The marketing world has exploded with social content initiatives in the last few years, and when combined with the urgency and real-time expectations of audience and customers, and new marketing discipline has emerged, one that call “real time content marketing.” In the new world of real-time information-sharing, there are many new concepts that businesses must embrace in order to be successful in their Internet marketing efforts. At the root of this revolution are the following basic elements:
- Seeking and finding behaviors
- Real-time interaction and active participation
- Consideration for both audiences and individuals
- Social-network distribution
- Instantaneous information-sharing, collaboration, and engagement
- Content promotion
Real-time information-sharing demands a more finely tuned approach from marketers, one that includes a redefinition of the word publishing and also brings a business alive on a 24-hour, seven-day-a-week basis.
The emergence of the commercial Internet in the mid-1990s presented a new publishing paradigm that forced marketers to rethink their approaches, in terms of the ability to connect one-to-one and many-to-many with their core audience. Today, eMarketer reports that two out of every three Americans engage in social networks, so a more accurate characterization of social networks is that society as a whole is almost fully networked. When including search and email usage in overall network participation statistics, as many as 92 percent of all people are networked in some form, according to the May 2011 Pew Internet and American Life survey.
With the adoption of status-updating and sharing, a message can spread around the globe within hours, minutes, and even seconds. If marketers and brands are not part of the content conversation in either their own brand space or the broader category space, they might as well not exist to a certain degree.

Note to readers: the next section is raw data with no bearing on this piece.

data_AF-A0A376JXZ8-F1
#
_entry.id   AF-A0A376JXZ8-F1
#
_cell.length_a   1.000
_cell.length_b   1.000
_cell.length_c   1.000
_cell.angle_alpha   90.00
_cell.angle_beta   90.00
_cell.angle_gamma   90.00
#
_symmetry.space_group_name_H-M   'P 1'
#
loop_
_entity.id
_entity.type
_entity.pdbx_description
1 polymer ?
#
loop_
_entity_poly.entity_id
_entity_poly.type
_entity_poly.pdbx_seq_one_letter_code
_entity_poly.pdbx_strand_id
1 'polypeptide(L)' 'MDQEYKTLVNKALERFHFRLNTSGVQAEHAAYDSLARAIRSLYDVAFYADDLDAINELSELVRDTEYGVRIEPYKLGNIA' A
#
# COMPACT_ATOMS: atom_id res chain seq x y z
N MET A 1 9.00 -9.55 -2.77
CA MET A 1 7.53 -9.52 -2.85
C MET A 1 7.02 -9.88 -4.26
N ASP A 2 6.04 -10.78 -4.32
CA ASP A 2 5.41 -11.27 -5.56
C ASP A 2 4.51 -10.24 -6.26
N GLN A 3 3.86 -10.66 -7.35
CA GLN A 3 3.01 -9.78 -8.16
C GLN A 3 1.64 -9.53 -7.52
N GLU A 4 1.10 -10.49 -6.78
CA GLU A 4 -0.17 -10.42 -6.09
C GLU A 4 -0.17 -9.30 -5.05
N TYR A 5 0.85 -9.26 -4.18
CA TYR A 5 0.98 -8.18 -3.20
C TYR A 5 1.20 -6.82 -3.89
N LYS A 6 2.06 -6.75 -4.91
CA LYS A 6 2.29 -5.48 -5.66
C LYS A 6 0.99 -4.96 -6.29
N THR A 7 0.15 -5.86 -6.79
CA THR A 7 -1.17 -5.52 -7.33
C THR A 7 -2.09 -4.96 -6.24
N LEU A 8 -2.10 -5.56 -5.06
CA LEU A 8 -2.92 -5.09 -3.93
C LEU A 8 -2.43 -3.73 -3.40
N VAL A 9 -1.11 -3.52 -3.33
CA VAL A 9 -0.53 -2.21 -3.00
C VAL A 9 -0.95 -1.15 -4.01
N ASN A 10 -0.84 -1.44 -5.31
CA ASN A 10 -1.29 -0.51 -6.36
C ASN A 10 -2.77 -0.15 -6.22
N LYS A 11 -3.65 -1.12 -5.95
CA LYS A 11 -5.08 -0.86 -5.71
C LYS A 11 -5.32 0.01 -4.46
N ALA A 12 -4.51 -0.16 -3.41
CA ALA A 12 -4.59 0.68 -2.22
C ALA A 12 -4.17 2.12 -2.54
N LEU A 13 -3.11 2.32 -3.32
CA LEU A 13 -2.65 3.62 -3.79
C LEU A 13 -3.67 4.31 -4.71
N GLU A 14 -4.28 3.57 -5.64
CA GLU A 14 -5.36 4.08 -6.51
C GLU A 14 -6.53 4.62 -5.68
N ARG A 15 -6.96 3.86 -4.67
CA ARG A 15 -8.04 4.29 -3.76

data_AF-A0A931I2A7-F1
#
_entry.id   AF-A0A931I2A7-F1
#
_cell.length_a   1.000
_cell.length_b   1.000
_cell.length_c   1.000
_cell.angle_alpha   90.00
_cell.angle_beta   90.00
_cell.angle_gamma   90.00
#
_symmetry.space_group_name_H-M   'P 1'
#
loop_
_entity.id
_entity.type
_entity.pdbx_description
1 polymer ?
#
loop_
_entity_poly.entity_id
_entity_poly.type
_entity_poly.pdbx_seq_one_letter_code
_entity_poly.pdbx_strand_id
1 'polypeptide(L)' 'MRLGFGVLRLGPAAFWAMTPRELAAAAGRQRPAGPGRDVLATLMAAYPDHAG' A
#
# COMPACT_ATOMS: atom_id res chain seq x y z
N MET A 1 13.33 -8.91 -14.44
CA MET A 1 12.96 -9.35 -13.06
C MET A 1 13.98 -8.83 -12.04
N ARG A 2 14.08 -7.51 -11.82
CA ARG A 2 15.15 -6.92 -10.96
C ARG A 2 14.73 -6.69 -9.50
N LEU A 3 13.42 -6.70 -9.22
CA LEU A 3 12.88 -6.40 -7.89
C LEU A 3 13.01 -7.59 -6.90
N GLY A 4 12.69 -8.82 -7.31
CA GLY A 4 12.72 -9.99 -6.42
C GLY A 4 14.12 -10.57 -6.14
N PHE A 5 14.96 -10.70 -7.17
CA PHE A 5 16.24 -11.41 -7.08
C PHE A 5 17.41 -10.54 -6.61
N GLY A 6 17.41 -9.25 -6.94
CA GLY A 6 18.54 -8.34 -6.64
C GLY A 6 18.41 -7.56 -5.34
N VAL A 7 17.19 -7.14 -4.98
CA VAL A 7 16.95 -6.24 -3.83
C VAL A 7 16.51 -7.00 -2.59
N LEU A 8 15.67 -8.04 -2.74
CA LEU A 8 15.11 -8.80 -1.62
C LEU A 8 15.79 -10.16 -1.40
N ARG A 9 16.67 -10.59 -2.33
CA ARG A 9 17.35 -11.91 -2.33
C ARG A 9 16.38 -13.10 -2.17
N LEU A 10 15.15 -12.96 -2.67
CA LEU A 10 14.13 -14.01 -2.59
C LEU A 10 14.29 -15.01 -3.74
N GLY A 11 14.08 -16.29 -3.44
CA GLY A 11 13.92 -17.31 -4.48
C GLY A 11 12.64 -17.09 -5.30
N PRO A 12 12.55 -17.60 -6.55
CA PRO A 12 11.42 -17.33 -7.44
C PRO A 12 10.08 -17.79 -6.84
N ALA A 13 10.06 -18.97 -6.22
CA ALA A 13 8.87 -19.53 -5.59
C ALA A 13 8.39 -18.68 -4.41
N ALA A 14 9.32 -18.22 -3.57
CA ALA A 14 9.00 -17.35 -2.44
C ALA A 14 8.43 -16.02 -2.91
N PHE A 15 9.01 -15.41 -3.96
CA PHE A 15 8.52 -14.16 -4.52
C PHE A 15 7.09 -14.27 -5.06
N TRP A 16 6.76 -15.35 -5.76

Although more companies are becoming increasingly connected, the concepts of being present and active most often fall by the wayside. Many companies spend years redesigning their websites. Others look at social media in a start-and-stop manner, and by doing so they are allowing social networks to fully control their marketing conversation by simply ignoring it. Marketers and enterprise brands are also finding that the barriers built to protect themselves in the old media world have now become the very obstacles that prevent them from being effective in this new environment.
The good news is that by knowing the problem, you can start to address the solution. The solution for marketers is all-encompassing and will require the following:
- Organizational shifts from passive to real-time engagement
- A redefining of audience
- A redefining of brand to include the audience
- In some cases, a redefinition of business practices
- A greater commitment to sincerity
- A reworking of the definition of social media to become more inclusive of search principles
- A deep understanding and executional capability in search and findability issues
- A deep understanding of building out earned attention in social networks
- A redefinition of the word publishing
- A commitment to being a “marketer as media publisher”
Another major shift is in the way content is found. Now more than ever, publishers and marketers must label content and make it shareable so that it can be found at the most granular level of search or social relevancy. The process of finding might involve a search engine, social or popularity-based results list, discovery streams, or network sharing. Each of these aspects presents new challenges for marketers that must be addressed in order to properly maximize the opportunity of marketing on the Internet and networks. The greatest difference between marketing efforts of today and pre-Internet is the rising importance of being present and always-on. This new landscape—one that has really achieved a new level of fluidity and agility only in the mid- to late aughts through the rapid adoption of social- and network-based content-sharing sites— creates a new urgency for marketers to be part of an
“in-the-moment” conversation that occurs 24/7 about their brand or company and about the general consumer conversation at large. Ultimately, the sum of many missed moments in this new landscape will be the death of some companies, and this embracing of “right now” will be the ascension of many others.
Rob is a longtime digital marketing strategist who has worked with some of the worlds biggest and smallest companies. He is currently an adjunct professor at the University of Texas at Dallas, and is the author of “Search and Social: The Definitive Guide to Real-Time Content Marketing,” Wiley/Sybex.